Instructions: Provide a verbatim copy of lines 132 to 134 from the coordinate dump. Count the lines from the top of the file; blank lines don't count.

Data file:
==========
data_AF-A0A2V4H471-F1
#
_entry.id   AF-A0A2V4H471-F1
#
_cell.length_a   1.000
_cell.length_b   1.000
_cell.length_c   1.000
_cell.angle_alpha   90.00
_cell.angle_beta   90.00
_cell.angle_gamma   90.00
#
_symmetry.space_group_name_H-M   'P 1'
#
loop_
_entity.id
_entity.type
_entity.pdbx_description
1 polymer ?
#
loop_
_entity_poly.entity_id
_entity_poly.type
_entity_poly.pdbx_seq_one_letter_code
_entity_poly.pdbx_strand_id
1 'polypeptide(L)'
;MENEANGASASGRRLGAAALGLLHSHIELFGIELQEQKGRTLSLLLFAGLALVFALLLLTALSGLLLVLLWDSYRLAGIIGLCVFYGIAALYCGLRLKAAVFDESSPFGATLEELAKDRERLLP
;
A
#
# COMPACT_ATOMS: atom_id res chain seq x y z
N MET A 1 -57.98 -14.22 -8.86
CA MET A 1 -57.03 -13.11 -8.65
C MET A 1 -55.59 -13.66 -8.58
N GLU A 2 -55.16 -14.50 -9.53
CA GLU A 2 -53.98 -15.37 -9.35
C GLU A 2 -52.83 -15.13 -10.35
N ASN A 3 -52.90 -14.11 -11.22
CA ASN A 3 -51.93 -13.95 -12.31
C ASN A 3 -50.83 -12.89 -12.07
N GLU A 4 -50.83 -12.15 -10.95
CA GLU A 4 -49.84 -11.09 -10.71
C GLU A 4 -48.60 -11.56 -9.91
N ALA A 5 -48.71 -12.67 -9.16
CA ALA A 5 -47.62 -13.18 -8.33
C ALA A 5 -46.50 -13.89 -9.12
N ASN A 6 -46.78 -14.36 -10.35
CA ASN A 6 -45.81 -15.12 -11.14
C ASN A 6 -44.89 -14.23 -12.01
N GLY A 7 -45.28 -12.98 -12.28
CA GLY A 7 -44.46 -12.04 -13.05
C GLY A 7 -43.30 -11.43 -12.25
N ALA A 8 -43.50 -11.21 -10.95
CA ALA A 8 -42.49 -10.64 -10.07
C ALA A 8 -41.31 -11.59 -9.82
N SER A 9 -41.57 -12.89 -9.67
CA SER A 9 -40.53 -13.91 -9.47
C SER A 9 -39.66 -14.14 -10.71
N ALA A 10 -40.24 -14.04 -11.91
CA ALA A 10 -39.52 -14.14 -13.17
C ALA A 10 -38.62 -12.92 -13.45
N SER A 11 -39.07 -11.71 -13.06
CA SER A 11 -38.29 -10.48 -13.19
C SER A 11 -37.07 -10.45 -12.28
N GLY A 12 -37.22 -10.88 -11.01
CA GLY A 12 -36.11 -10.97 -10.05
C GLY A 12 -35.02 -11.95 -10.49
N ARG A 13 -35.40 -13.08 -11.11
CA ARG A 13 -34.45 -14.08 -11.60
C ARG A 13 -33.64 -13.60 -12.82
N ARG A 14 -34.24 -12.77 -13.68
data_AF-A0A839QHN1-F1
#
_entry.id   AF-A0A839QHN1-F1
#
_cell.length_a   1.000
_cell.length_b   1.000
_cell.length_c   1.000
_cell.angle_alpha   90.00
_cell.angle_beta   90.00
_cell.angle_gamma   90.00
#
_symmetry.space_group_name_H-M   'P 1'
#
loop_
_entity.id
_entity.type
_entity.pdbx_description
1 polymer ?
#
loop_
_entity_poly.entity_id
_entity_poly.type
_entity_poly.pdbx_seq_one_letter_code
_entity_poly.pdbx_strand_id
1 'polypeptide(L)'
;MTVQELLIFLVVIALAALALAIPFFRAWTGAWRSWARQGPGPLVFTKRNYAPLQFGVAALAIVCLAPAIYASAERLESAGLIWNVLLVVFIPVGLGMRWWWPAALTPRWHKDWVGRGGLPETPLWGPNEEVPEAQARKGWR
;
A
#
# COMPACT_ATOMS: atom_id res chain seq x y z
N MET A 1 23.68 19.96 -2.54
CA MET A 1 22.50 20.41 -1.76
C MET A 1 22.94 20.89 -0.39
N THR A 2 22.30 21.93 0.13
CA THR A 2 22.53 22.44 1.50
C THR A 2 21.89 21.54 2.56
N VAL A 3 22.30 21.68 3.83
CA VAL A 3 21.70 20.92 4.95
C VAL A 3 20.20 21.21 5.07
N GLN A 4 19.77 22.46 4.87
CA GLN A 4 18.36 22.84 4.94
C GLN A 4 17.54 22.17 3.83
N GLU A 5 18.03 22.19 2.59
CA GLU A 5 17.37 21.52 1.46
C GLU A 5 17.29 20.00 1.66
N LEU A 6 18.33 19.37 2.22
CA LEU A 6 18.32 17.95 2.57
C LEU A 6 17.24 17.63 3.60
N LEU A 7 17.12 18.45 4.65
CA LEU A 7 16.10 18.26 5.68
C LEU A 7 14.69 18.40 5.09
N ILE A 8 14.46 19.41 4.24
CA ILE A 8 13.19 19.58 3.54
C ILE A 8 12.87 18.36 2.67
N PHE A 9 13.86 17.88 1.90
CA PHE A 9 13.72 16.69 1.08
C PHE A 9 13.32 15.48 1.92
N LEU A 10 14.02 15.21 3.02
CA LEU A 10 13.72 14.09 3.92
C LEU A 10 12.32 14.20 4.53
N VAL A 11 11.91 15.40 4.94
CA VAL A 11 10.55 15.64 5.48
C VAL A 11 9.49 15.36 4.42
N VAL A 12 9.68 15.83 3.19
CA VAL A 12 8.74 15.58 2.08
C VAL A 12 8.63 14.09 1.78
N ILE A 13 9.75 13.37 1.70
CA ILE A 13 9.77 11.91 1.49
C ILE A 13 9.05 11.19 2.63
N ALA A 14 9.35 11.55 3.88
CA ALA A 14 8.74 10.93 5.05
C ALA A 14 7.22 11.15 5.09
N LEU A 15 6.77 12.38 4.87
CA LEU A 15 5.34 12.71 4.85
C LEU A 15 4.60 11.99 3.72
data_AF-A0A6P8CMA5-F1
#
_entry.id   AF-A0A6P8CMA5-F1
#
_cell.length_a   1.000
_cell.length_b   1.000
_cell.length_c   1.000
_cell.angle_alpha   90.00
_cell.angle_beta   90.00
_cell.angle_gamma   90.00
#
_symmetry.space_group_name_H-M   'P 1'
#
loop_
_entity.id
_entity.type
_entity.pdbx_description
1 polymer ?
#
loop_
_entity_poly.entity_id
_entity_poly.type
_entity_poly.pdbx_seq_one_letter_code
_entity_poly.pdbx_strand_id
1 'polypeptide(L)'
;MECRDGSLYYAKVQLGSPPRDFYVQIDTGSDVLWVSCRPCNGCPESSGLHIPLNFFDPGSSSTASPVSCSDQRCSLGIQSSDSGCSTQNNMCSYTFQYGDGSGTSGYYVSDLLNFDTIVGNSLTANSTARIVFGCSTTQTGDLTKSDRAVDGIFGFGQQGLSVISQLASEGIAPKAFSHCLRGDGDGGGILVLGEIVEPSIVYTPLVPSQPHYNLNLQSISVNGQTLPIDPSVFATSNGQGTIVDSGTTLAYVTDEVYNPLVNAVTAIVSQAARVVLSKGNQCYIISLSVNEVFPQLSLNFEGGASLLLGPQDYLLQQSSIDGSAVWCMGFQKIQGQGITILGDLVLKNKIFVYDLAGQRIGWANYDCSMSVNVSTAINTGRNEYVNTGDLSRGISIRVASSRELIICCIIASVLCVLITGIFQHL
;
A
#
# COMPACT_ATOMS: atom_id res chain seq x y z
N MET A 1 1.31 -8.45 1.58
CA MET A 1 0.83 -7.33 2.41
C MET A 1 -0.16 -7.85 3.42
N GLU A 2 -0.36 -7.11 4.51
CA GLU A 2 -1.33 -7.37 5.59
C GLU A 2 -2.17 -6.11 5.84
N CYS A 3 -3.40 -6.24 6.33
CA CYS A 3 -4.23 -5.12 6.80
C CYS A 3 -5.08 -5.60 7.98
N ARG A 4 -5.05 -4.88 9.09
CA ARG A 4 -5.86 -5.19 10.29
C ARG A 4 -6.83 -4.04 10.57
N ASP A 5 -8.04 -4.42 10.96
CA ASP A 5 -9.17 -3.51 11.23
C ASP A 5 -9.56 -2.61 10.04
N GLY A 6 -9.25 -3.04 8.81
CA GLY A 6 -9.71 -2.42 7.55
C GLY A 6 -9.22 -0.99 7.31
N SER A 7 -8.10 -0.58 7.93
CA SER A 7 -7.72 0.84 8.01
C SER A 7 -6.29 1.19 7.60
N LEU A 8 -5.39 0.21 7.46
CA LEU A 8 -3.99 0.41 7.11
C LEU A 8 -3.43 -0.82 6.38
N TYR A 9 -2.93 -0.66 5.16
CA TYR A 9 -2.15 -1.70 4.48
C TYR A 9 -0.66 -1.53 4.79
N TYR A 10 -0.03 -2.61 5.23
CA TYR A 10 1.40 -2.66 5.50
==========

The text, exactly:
CA VAL A 11 10.55 15.64 5.48
C VAL A 11 9.49 15.36 4.42
N VAL A 12 9.68 15.83 3.19